Dermatophytes are the parasitic fungi that cause skin infections such as athlete’s foot and tinea cruris. Most dermatophyte fungi take the form of a mold, as opposed to a yeast, with appearance (when cultured) that is similar to other molds. Opportunistic infection by molds such as Penicillium marneffei and Aspergillus fumigatus is a common cause of illness and death among immunocompromised people, including people with AIDS or asthma.
The most common form of hypersensitivity is caused by the direct exposure to inhaled mold spores that can be dead or alive or hyphal fragments which can lead to allergic asthma or allergic rhinitis. The most common effects are rhinorrhea (a runny nose), watery eyes, coughing, and asthma attacks. Another form of hypersensitivity is hypersensitivity pneumonitis. Exposure can occur at home, at work or in other settings. It is predicted that about 5% of people have some airway symptoms due to allergic reactions to molds in their lifetimes.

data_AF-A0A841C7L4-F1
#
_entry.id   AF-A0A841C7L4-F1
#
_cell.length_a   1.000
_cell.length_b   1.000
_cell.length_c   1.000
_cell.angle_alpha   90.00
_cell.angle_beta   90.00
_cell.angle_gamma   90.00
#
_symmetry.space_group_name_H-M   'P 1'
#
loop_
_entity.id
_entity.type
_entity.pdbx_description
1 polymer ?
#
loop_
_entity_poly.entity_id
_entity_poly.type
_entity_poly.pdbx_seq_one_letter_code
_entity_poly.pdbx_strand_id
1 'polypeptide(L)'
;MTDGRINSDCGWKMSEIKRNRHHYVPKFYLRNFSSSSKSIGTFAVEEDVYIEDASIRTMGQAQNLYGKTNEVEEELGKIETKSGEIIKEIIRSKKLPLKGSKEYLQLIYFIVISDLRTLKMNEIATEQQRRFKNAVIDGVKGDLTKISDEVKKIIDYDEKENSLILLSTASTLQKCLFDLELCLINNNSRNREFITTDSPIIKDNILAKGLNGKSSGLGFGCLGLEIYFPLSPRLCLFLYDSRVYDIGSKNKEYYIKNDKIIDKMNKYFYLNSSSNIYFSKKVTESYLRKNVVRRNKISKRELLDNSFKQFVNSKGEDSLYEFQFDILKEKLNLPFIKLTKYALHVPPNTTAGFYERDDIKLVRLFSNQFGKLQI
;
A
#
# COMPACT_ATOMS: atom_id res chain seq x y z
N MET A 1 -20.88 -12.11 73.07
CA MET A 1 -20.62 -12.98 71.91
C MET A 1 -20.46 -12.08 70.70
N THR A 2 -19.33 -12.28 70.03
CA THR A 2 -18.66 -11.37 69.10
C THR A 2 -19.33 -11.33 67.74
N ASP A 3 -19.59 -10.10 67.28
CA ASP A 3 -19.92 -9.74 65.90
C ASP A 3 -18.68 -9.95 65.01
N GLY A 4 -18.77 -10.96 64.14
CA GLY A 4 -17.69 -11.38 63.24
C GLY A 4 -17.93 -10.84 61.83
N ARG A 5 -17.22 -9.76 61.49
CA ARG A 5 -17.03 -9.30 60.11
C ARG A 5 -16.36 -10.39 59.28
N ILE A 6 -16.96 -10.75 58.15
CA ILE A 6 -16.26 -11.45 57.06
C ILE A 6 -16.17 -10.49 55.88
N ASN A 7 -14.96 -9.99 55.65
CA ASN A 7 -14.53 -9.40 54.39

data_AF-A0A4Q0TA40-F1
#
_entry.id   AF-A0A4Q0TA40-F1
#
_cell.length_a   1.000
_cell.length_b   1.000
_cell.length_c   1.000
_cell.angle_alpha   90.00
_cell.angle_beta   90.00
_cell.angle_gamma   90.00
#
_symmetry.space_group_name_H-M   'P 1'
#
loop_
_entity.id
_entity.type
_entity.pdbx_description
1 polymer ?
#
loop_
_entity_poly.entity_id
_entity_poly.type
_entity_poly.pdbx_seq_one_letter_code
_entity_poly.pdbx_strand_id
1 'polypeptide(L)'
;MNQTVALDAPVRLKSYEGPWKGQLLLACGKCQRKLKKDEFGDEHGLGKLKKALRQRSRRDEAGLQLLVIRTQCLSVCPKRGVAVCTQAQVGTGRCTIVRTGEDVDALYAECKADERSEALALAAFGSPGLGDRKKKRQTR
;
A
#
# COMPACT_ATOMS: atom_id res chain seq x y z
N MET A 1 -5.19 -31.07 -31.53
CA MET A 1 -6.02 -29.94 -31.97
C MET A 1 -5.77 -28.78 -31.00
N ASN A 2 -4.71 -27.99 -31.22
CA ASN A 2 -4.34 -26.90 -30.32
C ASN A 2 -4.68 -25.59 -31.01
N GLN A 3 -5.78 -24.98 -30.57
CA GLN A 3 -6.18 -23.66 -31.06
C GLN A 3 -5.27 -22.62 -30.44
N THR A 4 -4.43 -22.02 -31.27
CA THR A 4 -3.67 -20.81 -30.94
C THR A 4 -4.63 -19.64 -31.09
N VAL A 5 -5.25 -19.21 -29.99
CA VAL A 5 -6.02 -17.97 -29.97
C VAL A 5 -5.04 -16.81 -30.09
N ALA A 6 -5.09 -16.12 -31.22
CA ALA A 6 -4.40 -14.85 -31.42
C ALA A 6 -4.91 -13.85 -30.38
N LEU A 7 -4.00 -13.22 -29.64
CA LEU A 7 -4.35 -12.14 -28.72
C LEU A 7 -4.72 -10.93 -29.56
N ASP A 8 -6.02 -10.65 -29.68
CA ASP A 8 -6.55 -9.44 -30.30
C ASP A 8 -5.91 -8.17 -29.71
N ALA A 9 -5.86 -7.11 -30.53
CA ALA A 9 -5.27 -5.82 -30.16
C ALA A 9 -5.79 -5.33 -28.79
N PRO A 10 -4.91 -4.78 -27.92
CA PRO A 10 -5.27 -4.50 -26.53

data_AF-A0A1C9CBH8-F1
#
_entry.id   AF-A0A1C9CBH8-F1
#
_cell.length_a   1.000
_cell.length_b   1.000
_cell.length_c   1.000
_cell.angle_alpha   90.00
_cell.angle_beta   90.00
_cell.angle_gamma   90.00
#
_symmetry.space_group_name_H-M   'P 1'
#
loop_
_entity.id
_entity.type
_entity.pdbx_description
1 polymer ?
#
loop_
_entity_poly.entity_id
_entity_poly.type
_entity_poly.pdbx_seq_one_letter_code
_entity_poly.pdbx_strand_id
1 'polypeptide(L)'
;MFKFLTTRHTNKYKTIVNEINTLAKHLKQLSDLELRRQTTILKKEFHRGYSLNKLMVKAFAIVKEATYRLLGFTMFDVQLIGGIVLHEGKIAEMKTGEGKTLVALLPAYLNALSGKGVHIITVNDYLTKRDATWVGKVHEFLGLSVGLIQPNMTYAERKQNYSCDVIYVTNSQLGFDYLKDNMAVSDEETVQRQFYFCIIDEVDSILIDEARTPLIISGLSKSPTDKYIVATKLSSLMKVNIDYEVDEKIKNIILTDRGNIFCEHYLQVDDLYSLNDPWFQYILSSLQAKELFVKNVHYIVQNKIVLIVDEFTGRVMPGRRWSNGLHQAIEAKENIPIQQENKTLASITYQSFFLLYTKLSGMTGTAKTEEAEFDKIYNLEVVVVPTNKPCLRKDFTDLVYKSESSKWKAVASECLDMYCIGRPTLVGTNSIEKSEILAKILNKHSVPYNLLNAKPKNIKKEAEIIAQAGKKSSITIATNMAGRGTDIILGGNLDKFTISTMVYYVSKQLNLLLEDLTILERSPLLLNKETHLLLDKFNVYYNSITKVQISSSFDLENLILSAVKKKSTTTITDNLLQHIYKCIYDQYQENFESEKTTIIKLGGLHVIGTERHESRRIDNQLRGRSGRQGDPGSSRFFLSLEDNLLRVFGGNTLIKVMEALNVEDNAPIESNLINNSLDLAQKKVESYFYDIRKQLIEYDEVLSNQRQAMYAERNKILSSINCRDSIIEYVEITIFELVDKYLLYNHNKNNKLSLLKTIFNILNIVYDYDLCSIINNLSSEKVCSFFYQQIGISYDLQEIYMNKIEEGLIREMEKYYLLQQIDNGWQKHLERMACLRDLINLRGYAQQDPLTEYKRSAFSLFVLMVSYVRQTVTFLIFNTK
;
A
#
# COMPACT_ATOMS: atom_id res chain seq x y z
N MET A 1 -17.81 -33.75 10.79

Hypersensitivity may also be a reaction toward an established fungal infection in allergic bronchopulmonary aspergillosis.
Molds excrete toxic compounds called mycotoxins, secondary metabolites produced by fungi under certain environmental conditions. These environmental conditions affect the production of mycotoxins at the transcription level. Temperature, water activity, and pH, strongly influence mycotoxin biosynthesis by increasing the level of transcription within the fungal spore. It has also been found that low levels of fungicides can boost mycotoxin synthesis. Certain mycotoxins can be harmful or lethal to humans and animals when exposure is high enough.